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Whole-diet approach important to reduce cardiovascular disease risk

Diet advice issued for people at risk of cardiovascular disease

Diet advice issued for people at risk of cardiovascular disease


A combination of healthy foods is more important than any single element. Picture: Alamy

Cardiovascular disease describes all forms of heart and circulatory disease, including coronary heart disease (CHD), heart failure, stroke and peripheral artery disease. Diet reduces the risk and slows the progression of many of these conditions. Dietary advice used to be related to reduction of fat, rather than categorising fat as good or bad. However, fat intake must be looked at in the context of the diet as a whole.

Replacing saturated fat with unsaturated fat is beneficial, but not if it is replaced by refined carbohydrate.

Not all carbohydrates are the same. Fruits, pulses, vegetables and whole grains are carbohydrates with a beneficial effect. White starchy carbohydrates and free sugars should be avoided. Reducing salt intake is also important because this reduces blood pressure and therefore the risk of stroke and CHD.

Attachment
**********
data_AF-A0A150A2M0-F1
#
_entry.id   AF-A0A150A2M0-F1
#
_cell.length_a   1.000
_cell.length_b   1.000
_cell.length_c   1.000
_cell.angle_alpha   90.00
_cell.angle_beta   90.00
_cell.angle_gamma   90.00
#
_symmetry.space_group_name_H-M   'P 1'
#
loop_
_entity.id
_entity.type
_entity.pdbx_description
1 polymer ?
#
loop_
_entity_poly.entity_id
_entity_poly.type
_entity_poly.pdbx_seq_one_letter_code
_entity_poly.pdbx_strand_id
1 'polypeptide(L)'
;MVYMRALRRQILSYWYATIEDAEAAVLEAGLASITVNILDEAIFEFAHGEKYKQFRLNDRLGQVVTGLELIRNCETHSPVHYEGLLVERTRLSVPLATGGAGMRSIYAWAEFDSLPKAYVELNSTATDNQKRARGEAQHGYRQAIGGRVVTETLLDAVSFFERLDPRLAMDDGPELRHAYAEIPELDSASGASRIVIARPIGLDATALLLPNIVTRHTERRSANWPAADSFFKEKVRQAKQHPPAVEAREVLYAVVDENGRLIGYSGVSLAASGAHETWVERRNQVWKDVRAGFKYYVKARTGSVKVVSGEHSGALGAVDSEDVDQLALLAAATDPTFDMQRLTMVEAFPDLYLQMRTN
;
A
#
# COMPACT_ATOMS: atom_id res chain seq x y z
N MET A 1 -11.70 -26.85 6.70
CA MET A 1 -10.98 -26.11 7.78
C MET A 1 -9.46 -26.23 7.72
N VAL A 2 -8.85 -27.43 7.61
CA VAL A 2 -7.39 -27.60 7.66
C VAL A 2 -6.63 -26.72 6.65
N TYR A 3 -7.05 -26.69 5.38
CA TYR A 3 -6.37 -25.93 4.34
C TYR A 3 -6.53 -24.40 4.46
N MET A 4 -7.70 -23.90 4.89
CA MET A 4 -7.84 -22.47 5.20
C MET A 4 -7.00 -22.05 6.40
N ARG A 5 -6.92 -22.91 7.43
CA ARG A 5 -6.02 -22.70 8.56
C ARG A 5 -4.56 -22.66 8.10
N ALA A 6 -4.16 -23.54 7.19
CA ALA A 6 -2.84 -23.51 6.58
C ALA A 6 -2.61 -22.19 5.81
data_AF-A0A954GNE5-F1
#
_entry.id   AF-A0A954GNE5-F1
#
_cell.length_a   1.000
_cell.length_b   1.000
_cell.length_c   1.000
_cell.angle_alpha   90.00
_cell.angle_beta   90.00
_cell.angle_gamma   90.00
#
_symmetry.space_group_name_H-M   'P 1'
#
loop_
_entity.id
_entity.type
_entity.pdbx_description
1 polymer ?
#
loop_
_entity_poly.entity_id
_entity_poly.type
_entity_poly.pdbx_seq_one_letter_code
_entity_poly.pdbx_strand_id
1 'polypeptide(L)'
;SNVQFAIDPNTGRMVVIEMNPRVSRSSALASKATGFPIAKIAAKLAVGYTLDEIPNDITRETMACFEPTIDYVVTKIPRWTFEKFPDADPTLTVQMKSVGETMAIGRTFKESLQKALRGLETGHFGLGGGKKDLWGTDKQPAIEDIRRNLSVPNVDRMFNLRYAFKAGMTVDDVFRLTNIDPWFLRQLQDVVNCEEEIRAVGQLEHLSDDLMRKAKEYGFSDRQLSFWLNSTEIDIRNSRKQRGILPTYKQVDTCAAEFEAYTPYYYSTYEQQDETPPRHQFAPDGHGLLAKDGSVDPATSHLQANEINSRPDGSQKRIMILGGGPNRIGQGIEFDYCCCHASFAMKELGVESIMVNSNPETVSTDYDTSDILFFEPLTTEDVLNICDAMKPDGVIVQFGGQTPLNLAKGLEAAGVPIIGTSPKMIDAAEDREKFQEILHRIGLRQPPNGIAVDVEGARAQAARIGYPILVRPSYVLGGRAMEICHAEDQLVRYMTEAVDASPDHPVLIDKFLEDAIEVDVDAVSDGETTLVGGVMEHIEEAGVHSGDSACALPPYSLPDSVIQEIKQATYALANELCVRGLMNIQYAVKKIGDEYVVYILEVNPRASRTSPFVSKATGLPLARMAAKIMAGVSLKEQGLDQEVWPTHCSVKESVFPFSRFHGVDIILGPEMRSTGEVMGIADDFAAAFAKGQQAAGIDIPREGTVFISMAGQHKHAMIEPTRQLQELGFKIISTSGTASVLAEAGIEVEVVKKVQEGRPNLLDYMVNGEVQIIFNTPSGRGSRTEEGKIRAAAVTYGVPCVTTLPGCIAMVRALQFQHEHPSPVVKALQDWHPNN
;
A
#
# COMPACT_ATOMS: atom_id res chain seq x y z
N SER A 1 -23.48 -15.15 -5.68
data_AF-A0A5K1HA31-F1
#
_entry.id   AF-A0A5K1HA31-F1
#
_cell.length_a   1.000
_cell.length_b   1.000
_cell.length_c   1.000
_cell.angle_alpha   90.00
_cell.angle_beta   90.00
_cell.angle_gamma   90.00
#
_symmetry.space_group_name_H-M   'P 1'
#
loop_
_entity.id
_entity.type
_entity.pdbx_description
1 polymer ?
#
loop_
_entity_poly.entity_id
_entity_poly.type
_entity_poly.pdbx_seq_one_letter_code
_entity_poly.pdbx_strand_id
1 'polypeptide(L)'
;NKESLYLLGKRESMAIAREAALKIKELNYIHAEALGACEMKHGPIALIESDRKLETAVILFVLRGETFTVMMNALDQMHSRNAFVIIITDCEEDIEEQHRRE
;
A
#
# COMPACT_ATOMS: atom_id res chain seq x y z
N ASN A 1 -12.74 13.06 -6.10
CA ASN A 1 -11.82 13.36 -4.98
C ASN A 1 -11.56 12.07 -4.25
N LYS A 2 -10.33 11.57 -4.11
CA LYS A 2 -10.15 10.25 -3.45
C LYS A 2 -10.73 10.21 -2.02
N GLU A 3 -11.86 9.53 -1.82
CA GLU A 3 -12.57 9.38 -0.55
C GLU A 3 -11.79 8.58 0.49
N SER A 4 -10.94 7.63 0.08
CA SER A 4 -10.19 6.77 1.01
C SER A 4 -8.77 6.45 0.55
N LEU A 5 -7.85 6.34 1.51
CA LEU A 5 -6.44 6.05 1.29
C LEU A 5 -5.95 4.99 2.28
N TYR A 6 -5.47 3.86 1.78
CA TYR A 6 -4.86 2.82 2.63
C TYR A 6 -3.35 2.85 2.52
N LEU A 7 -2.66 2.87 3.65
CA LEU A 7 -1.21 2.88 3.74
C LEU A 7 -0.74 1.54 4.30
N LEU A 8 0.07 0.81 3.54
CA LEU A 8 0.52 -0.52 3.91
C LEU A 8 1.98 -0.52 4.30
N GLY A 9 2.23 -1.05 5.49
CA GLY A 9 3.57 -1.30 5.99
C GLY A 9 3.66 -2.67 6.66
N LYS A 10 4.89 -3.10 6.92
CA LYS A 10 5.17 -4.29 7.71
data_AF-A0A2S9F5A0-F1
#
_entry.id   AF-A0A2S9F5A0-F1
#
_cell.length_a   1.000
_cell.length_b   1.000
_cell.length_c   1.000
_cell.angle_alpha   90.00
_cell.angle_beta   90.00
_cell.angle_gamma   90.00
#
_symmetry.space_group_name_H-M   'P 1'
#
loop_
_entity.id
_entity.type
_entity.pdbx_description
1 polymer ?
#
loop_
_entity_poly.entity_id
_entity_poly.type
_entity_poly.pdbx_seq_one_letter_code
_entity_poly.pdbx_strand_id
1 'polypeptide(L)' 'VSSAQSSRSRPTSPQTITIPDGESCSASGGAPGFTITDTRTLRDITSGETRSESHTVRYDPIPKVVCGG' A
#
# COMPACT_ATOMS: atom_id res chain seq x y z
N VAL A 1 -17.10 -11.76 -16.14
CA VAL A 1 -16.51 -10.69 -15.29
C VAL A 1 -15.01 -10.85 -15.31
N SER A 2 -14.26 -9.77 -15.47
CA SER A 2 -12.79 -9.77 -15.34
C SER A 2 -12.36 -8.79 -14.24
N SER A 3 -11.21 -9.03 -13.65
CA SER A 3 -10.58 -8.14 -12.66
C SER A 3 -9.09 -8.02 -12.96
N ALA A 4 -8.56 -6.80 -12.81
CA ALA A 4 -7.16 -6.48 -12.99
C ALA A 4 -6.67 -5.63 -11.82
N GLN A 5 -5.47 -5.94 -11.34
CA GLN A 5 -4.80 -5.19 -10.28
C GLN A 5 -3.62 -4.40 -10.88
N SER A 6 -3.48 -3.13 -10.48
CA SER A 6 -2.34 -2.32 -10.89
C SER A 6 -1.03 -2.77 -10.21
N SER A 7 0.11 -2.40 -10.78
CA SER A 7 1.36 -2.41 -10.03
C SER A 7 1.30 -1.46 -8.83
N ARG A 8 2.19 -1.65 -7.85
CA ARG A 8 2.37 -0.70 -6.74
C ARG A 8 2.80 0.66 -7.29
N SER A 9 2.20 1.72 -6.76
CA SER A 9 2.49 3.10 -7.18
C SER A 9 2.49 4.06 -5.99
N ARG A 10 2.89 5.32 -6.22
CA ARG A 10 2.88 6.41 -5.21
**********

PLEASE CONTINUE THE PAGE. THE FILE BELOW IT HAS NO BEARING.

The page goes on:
Obesity is a risk factor for coronary vascular disease and type 2 diabetes. However, cardiac patients should ensure that when lowering their energy intake, this is not at the cost of the balance of good food groups. The whole-diet approach promotes whole foods with higher intakes of fruits and vegetables, legumes, wholegrain cereals, poultry and fish.

This results in higher intake of fibre, vitamins, antioxidants, minerals and unsaturated fats and lowering of glycaemic load, salt and saturated and trans fats. People should focus on changing more than one part of their diet. Different foods interact to provide health benefits, so a combination of healthy foods is more important than any single element.

Parker T, Taylor V (2018) Cardioprotective whole-diet advice in cardiac rehabilitation. British Journal of Cardiac Nursing. 13, 9, 428-435.

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